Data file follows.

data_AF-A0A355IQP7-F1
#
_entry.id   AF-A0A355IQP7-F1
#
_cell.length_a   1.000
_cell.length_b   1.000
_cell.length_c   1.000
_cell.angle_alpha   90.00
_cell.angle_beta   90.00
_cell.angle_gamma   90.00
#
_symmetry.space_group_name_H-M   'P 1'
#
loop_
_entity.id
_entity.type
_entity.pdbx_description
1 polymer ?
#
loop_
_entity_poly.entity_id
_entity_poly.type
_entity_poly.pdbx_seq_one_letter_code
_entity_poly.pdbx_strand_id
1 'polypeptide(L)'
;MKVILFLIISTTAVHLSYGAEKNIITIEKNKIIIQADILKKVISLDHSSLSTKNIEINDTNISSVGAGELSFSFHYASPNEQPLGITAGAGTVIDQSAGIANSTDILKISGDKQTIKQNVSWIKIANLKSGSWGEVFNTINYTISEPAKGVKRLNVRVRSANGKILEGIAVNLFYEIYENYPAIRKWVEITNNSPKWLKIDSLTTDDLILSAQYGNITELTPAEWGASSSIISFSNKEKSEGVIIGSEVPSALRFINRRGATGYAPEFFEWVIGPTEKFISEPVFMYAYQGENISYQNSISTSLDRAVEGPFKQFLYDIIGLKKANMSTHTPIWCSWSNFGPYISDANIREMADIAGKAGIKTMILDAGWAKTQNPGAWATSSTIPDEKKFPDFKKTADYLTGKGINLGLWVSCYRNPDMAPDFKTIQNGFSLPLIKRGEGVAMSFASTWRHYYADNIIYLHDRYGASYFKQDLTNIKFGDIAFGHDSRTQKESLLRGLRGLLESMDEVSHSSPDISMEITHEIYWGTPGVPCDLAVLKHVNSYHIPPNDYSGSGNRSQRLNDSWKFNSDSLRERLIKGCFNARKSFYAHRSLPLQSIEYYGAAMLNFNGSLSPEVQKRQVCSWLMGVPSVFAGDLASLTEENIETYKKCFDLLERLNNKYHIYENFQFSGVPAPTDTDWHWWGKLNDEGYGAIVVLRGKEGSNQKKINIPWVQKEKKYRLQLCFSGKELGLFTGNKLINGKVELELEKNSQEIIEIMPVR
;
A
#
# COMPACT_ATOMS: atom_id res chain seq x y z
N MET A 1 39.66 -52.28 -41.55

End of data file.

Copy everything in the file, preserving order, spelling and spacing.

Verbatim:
data_AF-A0A355IQP7-F1
#
_entry.id   AF-A0A355IQP7-F1
#
_cell.length_a   1.000
_cell.length_b   1.000
_cell.length_c   1.000
_cell.angle_alpha   90.00
_cell.angle_beta   90.00
_cell.angle_gamma   90.00
#
_symmetry.space_group_name_H-M   'P 1'
#
loop_
_entity.id
_entity.type
_entity.pdbx_description
1 polymer ?
#
loop_
_entity_poly.entity_id
_entity_poly.type
_entity_poly.pdbx_seq_one_letter_code
_entity_poly.pdbx_strand_id
1 'polypeptide(L)'
;MKVILFLIISTTAVHLSYGAEKNIITIEKNKIIIQADILKKVISLDHSSLSTKNIEINDTNISSVGAGELSFSFHYASPNEQPLGITAGAGTVIDQSAGIANSTDILKISGDKQTIKQNVSWIKIANLKSGSWGEVFNTINYTISEPAKGVKRLNVRVRSANGKILEGIAVNLFYEIYENYPAIRKWVEITNNSPKWLKIDSLTTDDLILSAQYGNITELTPAEWGASSSIISFSNKEKSEGVIIGSEVPSALRFINRRGATGYAPEFFEWVIGPTEKFISEPVFMYAYQGENISYQNSISTSLDRAVEGPFKQFLYDIIGLKKANMSTHTPIWCSWSNFGPYISDANIREMADIAGKAGIKTMILDAGWAKTQNPGAWATSSTIPDEKKFPDFKKTADYLTGKGINLGLWVSCYRNPDMAPDFKTIQNGFSLPLIKRGEGVAMSFASTWRHYYADNIIYLHDRYGASYFKQDLTNIKFGDIAFGHDSRTQKESLLRGLRGLLESMDEVSHSSPDISMEITHEIYWGTPGVPCDLAVLKHVNSYHIPPNDYSGSGNRSQRLNDSWKFNSDSLRERLIKGCFNARKSFYAHRSLPLQSIEYYGAAMLNFNGSLSPEVQKRQVCSWLMGVPSVFAGDLASLTEENIETYKKCFDLLERLNNKYHIYENFQFSGVPAPTDTDWHWWGKLNDEGYGAIVVLRGKEGSNQKKINIPWVQKEKKYRLQLCFSGKELGLFTGNKLINGKVELELEKNSQEIIEIMPVR
;
A
#
# COMPACT_ATOMS: atom_id res chain seq x y z
N MET A 1 39.66 -52.28 -41.55